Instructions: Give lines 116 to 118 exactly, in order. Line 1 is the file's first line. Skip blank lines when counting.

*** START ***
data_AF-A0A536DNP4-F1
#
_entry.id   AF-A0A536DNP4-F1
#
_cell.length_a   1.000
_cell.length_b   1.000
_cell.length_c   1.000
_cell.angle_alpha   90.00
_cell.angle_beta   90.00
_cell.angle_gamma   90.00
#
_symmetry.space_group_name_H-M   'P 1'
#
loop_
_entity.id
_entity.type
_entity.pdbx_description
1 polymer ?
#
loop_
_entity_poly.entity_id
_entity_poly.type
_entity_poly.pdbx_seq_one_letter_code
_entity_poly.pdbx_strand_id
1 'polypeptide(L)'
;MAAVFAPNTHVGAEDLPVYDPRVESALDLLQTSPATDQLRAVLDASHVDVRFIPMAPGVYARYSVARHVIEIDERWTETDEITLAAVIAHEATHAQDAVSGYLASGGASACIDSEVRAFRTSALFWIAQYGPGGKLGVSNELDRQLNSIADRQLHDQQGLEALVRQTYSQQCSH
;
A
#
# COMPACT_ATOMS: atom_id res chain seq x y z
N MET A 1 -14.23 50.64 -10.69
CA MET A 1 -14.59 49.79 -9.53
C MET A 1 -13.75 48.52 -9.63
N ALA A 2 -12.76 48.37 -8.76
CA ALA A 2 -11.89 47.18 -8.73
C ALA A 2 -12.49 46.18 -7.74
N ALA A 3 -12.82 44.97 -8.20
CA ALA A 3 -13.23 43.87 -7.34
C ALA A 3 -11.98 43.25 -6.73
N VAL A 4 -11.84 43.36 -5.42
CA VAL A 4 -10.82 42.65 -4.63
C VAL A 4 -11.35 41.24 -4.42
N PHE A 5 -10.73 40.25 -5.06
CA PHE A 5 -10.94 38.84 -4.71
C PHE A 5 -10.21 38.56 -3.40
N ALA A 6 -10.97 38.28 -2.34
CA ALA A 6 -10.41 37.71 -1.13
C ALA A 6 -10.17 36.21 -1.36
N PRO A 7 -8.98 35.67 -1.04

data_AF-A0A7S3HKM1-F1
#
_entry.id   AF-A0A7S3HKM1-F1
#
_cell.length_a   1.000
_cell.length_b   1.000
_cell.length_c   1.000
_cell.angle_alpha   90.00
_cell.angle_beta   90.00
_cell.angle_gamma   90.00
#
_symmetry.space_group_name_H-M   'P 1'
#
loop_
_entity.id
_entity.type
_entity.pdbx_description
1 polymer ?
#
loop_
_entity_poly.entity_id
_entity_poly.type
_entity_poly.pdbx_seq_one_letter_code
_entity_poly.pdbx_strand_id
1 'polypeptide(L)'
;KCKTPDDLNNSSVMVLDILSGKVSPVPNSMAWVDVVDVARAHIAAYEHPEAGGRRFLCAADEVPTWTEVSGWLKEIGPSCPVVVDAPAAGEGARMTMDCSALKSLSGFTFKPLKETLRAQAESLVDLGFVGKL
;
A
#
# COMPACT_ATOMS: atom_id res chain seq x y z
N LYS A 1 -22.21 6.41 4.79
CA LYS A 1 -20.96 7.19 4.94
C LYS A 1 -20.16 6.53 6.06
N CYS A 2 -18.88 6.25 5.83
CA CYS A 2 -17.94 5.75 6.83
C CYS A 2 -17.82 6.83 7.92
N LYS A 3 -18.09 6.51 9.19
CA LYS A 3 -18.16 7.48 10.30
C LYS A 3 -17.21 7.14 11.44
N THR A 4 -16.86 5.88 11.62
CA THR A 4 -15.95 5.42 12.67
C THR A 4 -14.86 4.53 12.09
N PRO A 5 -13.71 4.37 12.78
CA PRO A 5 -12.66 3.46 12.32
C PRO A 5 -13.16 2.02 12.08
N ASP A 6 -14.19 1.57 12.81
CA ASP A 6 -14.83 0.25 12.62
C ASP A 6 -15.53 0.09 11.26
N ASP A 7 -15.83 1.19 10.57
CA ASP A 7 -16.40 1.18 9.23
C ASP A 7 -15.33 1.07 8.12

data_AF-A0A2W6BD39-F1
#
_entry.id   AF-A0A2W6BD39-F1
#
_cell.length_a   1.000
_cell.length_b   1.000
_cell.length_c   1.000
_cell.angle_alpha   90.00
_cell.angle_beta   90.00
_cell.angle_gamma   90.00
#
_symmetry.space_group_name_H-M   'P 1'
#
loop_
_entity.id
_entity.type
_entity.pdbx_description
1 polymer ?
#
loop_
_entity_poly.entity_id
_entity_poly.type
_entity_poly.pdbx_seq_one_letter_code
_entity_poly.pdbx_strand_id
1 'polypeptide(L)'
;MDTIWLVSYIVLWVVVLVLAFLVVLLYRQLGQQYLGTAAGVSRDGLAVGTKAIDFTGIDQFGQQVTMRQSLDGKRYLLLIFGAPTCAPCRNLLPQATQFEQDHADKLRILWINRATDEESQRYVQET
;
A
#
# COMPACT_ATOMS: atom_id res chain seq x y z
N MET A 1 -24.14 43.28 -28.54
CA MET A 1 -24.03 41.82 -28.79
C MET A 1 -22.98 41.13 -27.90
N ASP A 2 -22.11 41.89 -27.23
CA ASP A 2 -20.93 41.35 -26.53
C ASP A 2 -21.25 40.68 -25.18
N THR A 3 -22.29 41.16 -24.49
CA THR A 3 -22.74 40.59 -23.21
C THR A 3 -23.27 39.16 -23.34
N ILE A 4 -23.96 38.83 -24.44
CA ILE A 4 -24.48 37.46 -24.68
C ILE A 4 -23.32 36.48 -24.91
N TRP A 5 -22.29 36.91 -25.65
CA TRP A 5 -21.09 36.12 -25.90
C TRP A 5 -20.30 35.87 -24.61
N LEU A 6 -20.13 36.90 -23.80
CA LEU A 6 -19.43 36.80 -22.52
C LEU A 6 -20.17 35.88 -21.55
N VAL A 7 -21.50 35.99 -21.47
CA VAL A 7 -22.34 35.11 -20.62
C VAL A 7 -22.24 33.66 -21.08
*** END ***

_entity.type
_entity.pdbx_description
1 polymer ?